Mr Yasunaga: Definitely. I think any customer can put together a rough roadmap for themselves but they really need help on the technical side. If SAP can present a potential system architecture for the future, how a customer’s system should look in five or ten years, and also incorporate a productive approach to achieving this roadmap, it would be welcomed by customers. This would also lead to a better alignment of the customer’s roadmap with that of SAP. Are there any other areas of improvement that SAP should focus on? Do you hear about any issues in particular from members?

Mr Yasunaga: I think SAP needs to communicate its strategy more effectively to its Japanese users. If management visited Japan more often, customers could hear about SAP’s strategy directly from the company’s leadership, something most users don’t have the opportunity to do now. This type of exposure is very important in the Japanese market.

Another aspect is how local requirements are incorporated into the development cycle. I’d like to see requests from Japanese customers being communicated to development in a smoother, more transparent fashion, so that both the JSUG management and members are aware of how these requests are being dealt with and prioritized. This level of communication is critical. Do you think JSUG’s participation in the international SUGEN network gives you a stronger voice and more influence on global issues?

Mr Yasunaga: Yes, I think it’s a very strong platform and we place a lot of importance on participating in SUGEN activities and cooperating with the group wherever possible. The ideal would be to deepen communication with overseas user groups such as SUGEN in order to effectively amass a global customer voice. Global communication has its challenges, however. Differences in time zones and language are a huge issue for Japanese users and this is something we need to address – how we can pool the power of JSUG to represent Japanese users effectively within SUGEN and at the group’s meetings. And what are your plans for the coming years? Which direction do you see JSUG taking and what would you say are your priorities?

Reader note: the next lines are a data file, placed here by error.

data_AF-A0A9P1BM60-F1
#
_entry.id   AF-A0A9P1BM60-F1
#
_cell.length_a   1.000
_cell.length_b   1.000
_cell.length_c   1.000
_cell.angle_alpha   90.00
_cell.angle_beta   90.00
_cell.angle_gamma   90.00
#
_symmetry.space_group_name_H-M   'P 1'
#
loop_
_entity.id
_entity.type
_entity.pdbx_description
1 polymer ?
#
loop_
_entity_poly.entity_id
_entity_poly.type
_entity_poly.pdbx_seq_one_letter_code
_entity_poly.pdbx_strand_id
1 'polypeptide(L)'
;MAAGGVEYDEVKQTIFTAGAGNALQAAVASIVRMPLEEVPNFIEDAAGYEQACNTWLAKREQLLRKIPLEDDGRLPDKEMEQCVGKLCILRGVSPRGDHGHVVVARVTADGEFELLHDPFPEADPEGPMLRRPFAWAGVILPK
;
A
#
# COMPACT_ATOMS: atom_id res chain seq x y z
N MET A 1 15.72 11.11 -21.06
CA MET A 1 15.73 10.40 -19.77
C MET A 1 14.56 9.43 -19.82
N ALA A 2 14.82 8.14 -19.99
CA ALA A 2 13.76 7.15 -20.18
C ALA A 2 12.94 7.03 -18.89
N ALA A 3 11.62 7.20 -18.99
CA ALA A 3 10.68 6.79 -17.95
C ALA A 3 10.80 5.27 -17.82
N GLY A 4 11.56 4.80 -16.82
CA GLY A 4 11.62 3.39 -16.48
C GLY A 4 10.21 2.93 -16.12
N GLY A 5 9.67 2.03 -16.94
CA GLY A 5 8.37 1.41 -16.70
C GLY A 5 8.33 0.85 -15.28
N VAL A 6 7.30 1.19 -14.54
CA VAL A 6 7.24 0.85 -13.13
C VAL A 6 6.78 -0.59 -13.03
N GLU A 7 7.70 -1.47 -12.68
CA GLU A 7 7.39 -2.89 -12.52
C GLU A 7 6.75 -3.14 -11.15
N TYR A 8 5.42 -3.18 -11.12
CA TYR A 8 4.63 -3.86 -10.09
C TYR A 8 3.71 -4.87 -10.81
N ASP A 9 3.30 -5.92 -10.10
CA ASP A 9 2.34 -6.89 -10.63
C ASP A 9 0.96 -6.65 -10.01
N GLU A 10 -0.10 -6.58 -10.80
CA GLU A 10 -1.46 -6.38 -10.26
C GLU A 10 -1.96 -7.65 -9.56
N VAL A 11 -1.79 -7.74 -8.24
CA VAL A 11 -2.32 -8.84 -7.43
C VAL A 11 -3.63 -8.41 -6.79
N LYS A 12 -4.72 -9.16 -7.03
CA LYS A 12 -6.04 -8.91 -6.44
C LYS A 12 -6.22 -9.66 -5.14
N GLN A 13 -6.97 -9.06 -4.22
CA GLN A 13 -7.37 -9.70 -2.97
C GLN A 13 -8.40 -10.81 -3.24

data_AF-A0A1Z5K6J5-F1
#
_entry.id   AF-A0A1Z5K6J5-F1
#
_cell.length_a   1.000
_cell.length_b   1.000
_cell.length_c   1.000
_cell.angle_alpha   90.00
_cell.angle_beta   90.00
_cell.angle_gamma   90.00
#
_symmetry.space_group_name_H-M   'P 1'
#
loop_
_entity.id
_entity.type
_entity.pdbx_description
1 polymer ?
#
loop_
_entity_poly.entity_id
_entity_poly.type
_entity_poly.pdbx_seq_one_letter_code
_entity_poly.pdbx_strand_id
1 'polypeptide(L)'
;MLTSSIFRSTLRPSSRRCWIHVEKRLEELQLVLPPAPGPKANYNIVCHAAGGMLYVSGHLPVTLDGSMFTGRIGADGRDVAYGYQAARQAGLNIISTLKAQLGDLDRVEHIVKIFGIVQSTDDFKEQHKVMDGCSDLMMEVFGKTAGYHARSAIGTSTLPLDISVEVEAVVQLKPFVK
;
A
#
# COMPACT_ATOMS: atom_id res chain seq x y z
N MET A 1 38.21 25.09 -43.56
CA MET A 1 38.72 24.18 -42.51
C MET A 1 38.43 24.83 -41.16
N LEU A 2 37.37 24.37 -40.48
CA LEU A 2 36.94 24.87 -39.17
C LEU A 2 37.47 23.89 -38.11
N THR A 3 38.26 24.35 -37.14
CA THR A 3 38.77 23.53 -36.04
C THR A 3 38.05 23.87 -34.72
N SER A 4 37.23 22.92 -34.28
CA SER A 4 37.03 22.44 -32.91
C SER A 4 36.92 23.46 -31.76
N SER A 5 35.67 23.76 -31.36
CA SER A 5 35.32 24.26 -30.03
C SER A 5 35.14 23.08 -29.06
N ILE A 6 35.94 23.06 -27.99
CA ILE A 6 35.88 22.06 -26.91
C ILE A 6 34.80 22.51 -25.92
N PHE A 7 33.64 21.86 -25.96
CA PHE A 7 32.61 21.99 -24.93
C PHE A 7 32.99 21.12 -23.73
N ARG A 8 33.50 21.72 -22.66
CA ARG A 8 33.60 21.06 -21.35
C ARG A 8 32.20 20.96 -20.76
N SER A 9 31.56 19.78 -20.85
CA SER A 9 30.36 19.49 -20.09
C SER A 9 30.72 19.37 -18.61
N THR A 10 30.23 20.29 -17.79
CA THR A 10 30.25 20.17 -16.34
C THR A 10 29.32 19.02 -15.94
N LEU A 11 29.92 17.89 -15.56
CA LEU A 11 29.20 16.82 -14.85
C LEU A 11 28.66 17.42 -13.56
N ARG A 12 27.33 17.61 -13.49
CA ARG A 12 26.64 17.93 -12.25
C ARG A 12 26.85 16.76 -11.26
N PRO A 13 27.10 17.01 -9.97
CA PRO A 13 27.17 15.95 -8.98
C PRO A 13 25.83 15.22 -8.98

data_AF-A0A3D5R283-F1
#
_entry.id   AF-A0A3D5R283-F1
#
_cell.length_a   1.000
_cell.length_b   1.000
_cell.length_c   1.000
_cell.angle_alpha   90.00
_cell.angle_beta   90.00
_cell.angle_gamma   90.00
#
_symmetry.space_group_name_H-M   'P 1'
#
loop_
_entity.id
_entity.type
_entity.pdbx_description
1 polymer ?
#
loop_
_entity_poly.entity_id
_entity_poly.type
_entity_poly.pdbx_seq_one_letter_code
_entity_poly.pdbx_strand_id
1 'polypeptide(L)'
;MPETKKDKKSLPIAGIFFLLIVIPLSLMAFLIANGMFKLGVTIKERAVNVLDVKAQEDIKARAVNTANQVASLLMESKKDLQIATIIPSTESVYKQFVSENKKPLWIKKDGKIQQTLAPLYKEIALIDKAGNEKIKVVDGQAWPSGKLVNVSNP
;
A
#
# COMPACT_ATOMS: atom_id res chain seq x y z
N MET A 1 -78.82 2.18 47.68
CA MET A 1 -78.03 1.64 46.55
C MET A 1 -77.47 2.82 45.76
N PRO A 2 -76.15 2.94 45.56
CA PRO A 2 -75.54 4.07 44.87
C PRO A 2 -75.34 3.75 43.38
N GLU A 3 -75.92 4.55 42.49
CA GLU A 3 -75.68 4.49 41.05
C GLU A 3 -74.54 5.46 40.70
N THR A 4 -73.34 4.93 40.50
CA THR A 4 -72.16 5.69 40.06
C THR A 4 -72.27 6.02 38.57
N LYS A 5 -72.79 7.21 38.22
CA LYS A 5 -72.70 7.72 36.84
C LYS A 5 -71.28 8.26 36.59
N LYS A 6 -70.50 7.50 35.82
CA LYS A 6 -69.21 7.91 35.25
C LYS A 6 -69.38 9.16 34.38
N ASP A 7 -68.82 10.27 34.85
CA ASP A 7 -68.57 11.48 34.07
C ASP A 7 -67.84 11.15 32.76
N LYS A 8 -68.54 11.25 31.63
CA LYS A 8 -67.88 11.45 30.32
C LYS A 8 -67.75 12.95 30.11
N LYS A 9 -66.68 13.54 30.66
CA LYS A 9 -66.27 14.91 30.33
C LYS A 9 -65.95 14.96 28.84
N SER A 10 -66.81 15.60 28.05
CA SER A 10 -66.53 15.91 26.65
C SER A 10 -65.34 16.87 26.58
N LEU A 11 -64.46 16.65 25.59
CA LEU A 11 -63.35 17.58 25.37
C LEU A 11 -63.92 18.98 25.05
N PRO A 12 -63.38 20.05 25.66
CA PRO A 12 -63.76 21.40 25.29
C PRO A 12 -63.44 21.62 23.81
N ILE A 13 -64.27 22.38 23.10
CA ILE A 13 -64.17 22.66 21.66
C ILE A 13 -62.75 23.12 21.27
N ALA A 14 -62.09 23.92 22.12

Mr Yasunaga: Next year will be my third as chairperson of JSUG. In the past two years, I have expanded the JSUG activity to a more executive level, running the Leaders’ Exchange at CEO and CIO level while also involving the business analyst and system architect perspective. My aim for the future would be to further expand this activity from executive to staff level, involving more members in the process and giving them more influence in CS activities. My ultimate goal has to be to satisfy the JSUG members and make them happy to take an active part in the organization. That kind of feeling is critical to the successful running of an organization such as this.

Japan SAP Users’ Group

The Japan SAP Users’ Group (JSUG) is an independent organization of SAP customers and partners, which was founded in 1996 and currently includes 500 member companies with 5,000 individual members. JSUG provides a forum for members to communicate mutual concerns to SAP, influence software development, exchange ideas and best practices, participate in face-to-face educational opportunities, network with members, and establish future priorities. JSUG is a member of the SAP User Group Executive Network (SUGEN).